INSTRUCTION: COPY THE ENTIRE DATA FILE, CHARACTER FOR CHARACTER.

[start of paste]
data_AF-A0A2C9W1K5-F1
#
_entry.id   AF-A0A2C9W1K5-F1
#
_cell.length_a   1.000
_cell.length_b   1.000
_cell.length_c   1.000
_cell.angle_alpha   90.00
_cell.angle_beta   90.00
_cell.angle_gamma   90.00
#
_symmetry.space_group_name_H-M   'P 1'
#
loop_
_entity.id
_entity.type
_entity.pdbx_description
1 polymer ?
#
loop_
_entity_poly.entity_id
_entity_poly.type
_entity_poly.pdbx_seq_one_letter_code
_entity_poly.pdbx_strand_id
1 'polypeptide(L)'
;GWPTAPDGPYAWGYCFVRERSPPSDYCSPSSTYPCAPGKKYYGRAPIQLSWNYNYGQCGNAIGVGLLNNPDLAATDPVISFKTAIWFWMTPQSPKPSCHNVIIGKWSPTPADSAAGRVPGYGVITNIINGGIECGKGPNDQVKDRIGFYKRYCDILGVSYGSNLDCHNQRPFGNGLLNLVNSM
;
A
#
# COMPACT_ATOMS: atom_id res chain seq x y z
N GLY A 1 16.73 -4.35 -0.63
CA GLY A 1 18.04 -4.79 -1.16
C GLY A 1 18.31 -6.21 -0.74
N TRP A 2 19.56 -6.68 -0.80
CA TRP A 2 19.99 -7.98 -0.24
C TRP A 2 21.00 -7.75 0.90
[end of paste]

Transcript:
data_AF-A0A2C9W1K5-F1
#
_entry.id   AF-A0A2C9W1K5-F1
#
_cell.length_a   1.000
_cell.length_b   1.000
_cell.length_c   1.000
_cell.angle_alpha   90.00
_cell.angle_beta   90.00
_cell.angle_gamma   90.00
#
_symmetry.space_group_name_H-M   'P 1'
#
loop_
_entity.id
_entity.type
_entity.pdbx_description
1 polymer ?
#
loop_
_entity_poly.entity_id
_entity_poly.type
_entity_poly.pdbx_seq_one_letter_code
_entity_poly.pdbx_strand_id
1 'polypeptide(L)'
;GWPTAPDGPYAWGYCFVRERSPPSDYCSPSSTYPCAPGKKYYGRAPIQLSWNYNYGQCGNAIGVGLLNNPDLAATDPVISFKTAIWFWMTPQSPKPSCHNVIIGKWSPTPADSAAGRVPGYGVITNIINGGIECGKGPNDQVKDRIGFYKRYCDILGVSYGSNLDCHNQRPFGNGLLNLVNSM
;
A
#
# COMPACT_ATOMS: atom_id res chain seq x y z
N GLY A 1 16.73 -4.35 -0.63
CA GLY A 1 18.04 -4.79 -1.16
C GLY A 1 18.31 -6.21 -0.74
N TRP A 2 19.56 -6.68 -0.80
CA TRP A 2 19.99 -7.98 -0.24
C TRP A 2 21.00 -7.75 0.90